Tuesday, September 15, 2009

What Dad's Job is Like Matters More to Kids Than What Mom's Job is Like


I am working with students on the 500 Families study, which surveyed middle-class, dual-career couples on work-family balance. One paper from this study, by Ariel Kalil, Judith Levine, and Kathleen Ziol-Guest, looked at what might make teen boys and girls want to have jobs like their mothers' and fathers' jobs. How much the jobs paid, and how much the parents talked about their work with their kids were not significant factors in whether teens wanted jobs like their parents'. And boys and girls were not very different from one another in their response to their parents, though girls were somewhat more likely to want a job like mom's. For both boys and girls, dad's job seemed more attractive.


Teens, like everyone else, are more attracted to jobs with complex work and freedom to do it. Quite a few of the mothers and fathers in the study had work like that. The surprising finding was this:

When fathers hold jobs that are substantively complex and when they report having higher levels of autonomy at work, adolescents express a greater interest in having a job like their fathers’. Interestingly, these relationships do not apply to interest in having a job like their mothers’.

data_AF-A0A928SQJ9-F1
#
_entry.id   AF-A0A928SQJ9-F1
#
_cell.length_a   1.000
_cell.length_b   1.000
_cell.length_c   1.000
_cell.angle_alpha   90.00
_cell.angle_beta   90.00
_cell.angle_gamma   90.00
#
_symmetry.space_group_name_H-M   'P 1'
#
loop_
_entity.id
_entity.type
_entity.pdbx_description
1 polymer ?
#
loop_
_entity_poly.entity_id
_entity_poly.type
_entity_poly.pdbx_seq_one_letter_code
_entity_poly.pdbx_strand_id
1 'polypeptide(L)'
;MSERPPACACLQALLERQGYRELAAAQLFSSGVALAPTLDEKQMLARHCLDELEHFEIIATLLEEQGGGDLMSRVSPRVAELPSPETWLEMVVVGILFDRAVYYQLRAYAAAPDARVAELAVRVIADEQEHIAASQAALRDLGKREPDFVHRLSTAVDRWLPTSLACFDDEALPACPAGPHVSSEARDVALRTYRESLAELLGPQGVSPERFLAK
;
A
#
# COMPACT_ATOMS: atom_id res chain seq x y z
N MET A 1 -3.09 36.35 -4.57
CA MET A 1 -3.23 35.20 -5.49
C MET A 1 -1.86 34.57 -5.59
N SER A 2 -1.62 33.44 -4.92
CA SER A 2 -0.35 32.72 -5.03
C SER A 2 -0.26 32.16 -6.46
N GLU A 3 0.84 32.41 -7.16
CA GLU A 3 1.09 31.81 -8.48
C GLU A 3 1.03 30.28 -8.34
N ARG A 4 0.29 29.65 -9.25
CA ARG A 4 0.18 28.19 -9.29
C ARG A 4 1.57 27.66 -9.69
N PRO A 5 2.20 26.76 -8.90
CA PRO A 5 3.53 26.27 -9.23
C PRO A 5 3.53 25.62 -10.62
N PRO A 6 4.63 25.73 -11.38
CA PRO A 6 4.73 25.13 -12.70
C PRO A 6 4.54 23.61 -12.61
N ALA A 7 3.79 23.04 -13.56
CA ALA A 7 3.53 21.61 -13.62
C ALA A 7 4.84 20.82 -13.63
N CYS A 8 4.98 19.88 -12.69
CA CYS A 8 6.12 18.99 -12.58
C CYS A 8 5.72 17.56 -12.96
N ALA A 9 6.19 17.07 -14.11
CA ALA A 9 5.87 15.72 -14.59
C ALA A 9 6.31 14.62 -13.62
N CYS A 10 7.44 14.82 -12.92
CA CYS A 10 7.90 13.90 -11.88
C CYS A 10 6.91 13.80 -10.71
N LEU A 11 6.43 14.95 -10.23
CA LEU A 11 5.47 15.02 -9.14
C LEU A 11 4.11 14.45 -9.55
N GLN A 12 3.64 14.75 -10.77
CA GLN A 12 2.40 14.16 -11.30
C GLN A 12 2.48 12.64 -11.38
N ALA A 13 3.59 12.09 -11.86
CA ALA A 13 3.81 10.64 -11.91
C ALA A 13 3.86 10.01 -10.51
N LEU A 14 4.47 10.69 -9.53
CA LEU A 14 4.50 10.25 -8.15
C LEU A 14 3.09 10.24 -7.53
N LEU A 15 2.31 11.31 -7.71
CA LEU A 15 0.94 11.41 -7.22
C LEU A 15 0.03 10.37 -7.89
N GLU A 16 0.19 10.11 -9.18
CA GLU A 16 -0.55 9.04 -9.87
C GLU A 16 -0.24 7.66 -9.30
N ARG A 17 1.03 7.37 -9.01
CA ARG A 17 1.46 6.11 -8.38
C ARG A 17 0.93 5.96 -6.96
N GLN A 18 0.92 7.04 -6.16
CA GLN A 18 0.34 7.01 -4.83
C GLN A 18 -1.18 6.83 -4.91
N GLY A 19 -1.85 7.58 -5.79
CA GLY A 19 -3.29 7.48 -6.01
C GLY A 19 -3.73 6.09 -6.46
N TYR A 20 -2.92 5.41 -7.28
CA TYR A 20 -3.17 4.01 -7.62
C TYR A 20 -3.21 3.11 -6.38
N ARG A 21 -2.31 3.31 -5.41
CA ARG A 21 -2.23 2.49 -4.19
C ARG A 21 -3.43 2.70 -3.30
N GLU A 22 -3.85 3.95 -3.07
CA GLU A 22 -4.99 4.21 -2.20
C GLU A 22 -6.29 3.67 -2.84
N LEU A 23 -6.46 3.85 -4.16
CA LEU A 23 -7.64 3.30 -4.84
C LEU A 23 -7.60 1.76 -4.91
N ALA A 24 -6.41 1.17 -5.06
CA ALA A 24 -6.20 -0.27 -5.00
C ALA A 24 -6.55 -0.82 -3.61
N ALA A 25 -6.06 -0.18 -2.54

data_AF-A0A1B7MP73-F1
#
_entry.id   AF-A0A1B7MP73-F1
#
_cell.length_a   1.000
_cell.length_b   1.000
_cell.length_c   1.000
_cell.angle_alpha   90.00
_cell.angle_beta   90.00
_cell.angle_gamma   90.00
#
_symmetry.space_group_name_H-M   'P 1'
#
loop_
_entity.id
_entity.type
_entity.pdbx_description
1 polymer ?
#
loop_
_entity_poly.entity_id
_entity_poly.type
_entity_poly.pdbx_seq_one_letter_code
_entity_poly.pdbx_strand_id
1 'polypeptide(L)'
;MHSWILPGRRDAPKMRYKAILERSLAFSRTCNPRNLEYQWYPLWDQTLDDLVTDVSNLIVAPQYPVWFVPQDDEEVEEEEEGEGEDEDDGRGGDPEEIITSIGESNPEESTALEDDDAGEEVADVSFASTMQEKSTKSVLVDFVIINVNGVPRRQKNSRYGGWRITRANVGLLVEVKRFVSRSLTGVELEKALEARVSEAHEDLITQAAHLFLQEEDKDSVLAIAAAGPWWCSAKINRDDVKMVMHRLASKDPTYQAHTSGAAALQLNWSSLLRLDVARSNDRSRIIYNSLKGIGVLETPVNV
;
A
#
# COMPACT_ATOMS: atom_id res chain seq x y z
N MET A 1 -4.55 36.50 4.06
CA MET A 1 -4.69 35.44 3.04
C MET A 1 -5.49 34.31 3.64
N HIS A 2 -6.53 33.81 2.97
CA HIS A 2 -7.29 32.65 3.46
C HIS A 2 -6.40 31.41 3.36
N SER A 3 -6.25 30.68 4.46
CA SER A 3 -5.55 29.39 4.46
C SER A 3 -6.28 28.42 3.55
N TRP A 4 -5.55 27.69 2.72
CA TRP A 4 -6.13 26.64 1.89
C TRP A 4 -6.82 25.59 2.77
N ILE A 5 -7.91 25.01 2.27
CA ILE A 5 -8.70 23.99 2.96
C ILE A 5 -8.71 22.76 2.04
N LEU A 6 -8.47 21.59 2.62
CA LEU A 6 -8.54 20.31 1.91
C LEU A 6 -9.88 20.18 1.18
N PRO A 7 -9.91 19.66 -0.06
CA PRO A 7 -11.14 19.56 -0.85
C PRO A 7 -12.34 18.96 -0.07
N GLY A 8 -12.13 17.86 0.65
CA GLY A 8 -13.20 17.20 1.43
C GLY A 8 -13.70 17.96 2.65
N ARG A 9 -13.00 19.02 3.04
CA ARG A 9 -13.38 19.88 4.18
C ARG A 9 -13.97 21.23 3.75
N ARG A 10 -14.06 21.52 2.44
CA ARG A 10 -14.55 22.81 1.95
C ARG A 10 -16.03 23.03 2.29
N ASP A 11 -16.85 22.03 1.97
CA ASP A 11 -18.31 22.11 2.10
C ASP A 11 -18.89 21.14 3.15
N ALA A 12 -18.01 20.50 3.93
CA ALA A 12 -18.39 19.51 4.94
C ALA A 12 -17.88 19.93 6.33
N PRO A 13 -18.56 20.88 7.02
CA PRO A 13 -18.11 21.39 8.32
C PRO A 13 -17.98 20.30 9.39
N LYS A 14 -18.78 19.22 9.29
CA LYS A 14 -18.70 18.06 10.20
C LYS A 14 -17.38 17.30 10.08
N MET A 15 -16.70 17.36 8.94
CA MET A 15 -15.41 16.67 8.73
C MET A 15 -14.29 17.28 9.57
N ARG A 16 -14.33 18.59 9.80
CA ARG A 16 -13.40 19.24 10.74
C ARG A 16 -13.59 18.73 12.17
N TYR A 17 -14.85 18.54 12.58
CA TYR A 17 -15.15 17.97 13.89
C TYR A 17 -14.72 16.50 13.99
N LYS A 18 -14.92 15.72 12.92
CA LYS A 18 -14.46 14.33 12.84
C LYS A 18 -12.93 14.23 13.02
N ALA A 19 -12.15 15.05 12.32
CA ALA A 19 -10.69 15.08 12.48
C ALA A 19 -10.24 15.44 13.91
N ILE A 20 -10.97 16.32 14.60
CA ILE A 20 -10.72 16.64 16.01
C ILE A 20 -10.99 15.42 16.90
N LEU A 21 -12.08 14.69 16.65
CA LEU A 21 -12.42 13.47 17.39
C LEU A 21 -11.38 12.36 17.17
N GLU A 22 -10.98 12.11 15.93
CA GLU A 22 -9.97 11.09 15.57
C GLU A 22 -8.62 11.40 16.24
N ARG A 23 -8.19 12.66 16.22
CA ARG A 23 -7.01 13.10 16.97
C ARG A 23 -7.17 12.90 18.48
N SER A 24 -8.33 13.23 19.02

The authors are not sure why teens are differently attracted to their parents' work in this way, and neither am I. Here is my guess, though. For most mothers, motherhood is the most salient part of their identity to children (and probably to the mothers themselves); mom's job is important, but secondary. For fathers, though, their work is very salient to their being fathers, because how they support their family is a vital part of their identity as fathers. The kids pick up on this, so the qualities of their fathers' jobs are more salient to the children than are the qualities of their mothers' jobs.



1 comment:

Susan Weston said...

Many moms may also say different things about their job. Reasoning from Tannen, I'd expect women to say more about the relationships and less about the substance, and more about what was hard in the day than about what was exciting and high achieving.

I do debrief on the substance and delights of my work daily--and I've got kids who ask me questions about the substance of the work and are thinking about jobs that resemble mine. But I'm pretty sure I'm not in the middle of the female distribution on that--and the spouse I share with isn't in the middle of the male distribution when he listens.